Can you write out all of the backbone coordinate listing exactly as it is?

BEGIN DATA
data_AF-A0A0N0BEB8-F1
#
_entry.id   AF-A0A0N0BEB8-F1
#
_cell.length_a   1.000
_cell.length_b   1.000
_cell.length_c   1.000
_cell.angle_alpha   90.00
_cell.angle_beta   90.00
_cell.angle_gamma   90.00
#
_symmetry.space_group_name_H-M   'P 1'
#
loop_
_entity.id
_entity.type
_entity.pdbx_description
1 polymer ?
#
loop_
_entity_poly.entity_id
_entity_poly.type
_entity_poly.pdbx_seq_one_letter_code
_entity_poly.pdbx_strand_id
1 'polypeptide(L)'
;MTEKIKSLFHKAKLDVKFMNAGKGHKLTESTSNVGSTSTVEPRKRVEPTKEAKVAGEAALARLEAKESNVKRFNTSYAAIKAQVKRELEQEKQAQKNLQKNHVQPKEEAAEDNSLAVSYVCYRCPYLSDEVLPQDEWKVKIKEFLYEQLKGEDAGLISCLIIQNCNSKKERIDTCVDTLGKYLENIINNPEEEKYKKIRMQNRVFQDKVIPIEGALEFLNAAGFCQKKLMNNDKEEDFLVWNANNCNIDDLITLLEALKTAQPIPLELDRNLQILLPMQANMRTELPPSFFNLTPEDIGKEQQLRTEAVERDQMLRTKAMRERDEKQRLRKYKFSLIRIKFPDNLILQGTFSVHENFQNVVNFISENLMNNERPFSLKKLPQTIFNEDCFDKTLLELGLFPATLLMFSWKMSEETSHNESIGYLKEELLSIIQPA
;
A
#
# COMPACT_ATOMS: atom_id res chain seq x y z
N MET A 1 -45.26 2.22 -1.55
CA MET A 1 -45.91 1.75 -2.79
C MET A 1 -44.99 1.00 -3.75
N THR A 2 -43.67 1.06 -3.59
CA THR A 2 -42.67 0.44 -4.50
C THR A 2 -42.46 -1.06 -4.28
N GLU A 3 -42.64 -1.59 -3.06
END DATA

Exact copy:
data_AF-A0A0N0BEB8-F1
#
_entry.id   AF-A0A0N0BEB8-F1
#
_cell.length_a   1.000
_cell.length_b   1.000
_cell.length_c   1.000
_cell.angle_alpha   90.00
_cell.angle_beta   90.00
_cell.angle_gamma   90.00
#
_symmetry.space_group_name_H-M   'P 1'
#
loop_
_entity.id
_entity.type
_entity.pdbx_description
1 polymer ?
#
loop_
_entity_poly.entity_id
_entity_poly.type
_entity_poly.pdbx_seq_one_letter_code
_entity_poly.pdbx_strand_id
1 'polypeptide(L)'
;MTEKIKSLFHKAKLDVKFMNAGKGHKLTESTSNVGSTSTVEPRKRVEPTKEAKVAGEAALARLEAKESNVKRFNTSYAAIKAQVKRELEQEKQAQKNLQKNHVQPKEEAAEDNSLAVSYVCYRCPYLSDEVLPQDEWKVKIKEFLYEQLKGEDAGLISCLIIQNCNSKKERIDTCVDTLGKYLENIINNPEEEKYKKIRMQNRVFQDKVIPIEGALEFLNAAGFCQKKLMNNDKEEDFLVWNANNCNIDDLITLLEALKTAQPIPLELDRNLQILLPMQANMRTELPPSFFNLTPEDIGKEQQLRTEAVERDQMLRTKAMRERDEKQRLRKYKFSLIRIKFPDNLILQGTFSVHENFQNVVNFISENLMNNERPFSLKKLPQTIFNEDCFDKTLLELGLFPATLLMFSWKMSEETSHNESIGYLKEELLSIIQPA
;
A
#
# COMPACT_ATOMS: atom_id res chain seq x y z
N MET A 1 -45.26 2.22 -1.55
CA MET A 1 -45.91 1.75 -2.79
C MET A 1 -44.99 1.00 -3.75
N THR A 2 -43.67 1.06 -3.59
CA THR A 2 -42.67 0.44 -4.50
C THR A 2 -42.46 -1.06 -4.28
N GLU A 3 -42.64 -1.59 -3.06